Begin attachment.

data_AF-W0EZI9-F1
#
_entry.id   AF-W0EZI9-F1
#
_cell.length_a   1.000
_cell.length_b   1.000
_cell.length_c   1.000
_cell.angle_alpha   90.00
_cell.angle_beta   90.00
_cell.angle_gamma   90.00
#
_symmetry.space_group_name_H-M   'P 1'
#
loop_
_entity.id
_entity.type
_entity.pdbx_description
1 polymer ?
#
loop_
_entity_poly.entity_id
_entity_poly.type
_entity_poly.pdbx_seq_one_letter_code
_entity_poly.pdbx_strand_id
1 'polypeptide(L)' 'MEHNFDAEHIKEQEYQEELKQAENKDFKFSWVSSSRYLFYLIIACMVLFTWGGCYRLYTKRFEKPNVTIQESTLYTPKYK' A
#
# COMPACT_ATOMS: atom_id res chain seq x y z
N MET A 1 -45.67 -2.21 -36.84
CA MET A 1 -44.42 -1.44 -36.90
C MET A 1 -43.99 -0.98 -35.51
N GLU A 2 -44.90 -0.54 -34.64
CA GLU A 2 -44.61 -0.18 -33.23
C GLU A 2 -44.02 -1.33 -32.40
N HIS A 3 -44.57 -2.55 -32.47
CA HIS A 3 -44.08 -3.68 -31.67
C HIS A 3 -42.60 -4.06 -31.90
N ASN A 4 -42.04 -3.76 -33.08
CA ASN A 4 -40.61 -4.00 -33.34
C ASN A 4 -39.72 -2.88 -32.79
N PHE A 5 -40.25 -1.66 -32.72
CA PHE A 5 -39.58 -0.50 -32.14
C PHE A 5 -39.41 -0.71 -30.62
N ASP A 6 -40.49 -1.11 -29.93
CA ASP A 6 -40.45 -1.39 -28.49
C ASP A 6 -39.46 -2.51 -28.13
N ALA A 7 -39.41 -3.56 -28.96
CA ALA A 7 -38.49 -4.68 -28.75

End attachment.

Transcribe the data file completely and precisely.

data_AF-W0EZI9-F1
#
_entry.id   AF-W0EZI9-F1
#
_cell.length_a   1.000
_cell.length_b   1.000
_cell.length_c   1.000
_cell.angle_alpha   90.00
_cell.angle_beta   90.00
_cell.angle_gamma   90.00
#
_symmetry.space_group_name_H-M   'P 1'
#
loop_
_entity.id
_entity.type
_entity.pdbx_description
1 polymer ?
#
loop_
_entity_poly.entity_id
_entity_poly.type
_entity_poly.pdbx_seq_one_letter_code
_entity_poly.pdbx_strand_id
1 'polypeptide(L)' 'MEHNFDAEHIKEQEYQEELKQAENKDFKFSWVSSSRYLFYLIIACMVLFTWGGCYRLYTKRFEKPNVTIQESTLYTPKYK' A
#
# COMPACT_ATOMS: atom_id res chain seq x y z
N MET A 1 -45.67 -2.21 -36.84
CA MET A 1 -44.42 -1.44 -36.90
C MET A 1 -43.99 -0.98 -35.51
N GLU A 2 -44.90 -0.54 -34.64
CA GLU A 2 -44.61 -0.18 -33.23
C GLU A 2 -44.02 -1.33 -32.40
N HIS A 3 -44.57 -2.55 -32.47
CA HIS A 3 -44.08 -3.68 -31.67
C HIS A 3 -42.60 -4.06 -31.90
N ASN A 4 -42.04 -3.76 -33.08
CA ASN A 4 -40.61 -4.00 -33.34
C ASN A 4 -39.72 -2.88 -32.79
N PHE A 5 -40.25 -1.66 -32.72
CA PHE A 5 -39.58 -0.50 -32.14
C PHE A 5 -39.41 -0.71 -30.62
N ASP A 6 -40.49 -1.11 -29.93
CA ASP A 6 -40.45 -1.39 -28.49
C ASP A 6 -39.46 -2.51 -28.13
N ALA A 7 -39.41 -3.56 -28.96
CA ALA A 7 -38.49 -4.68 -28.75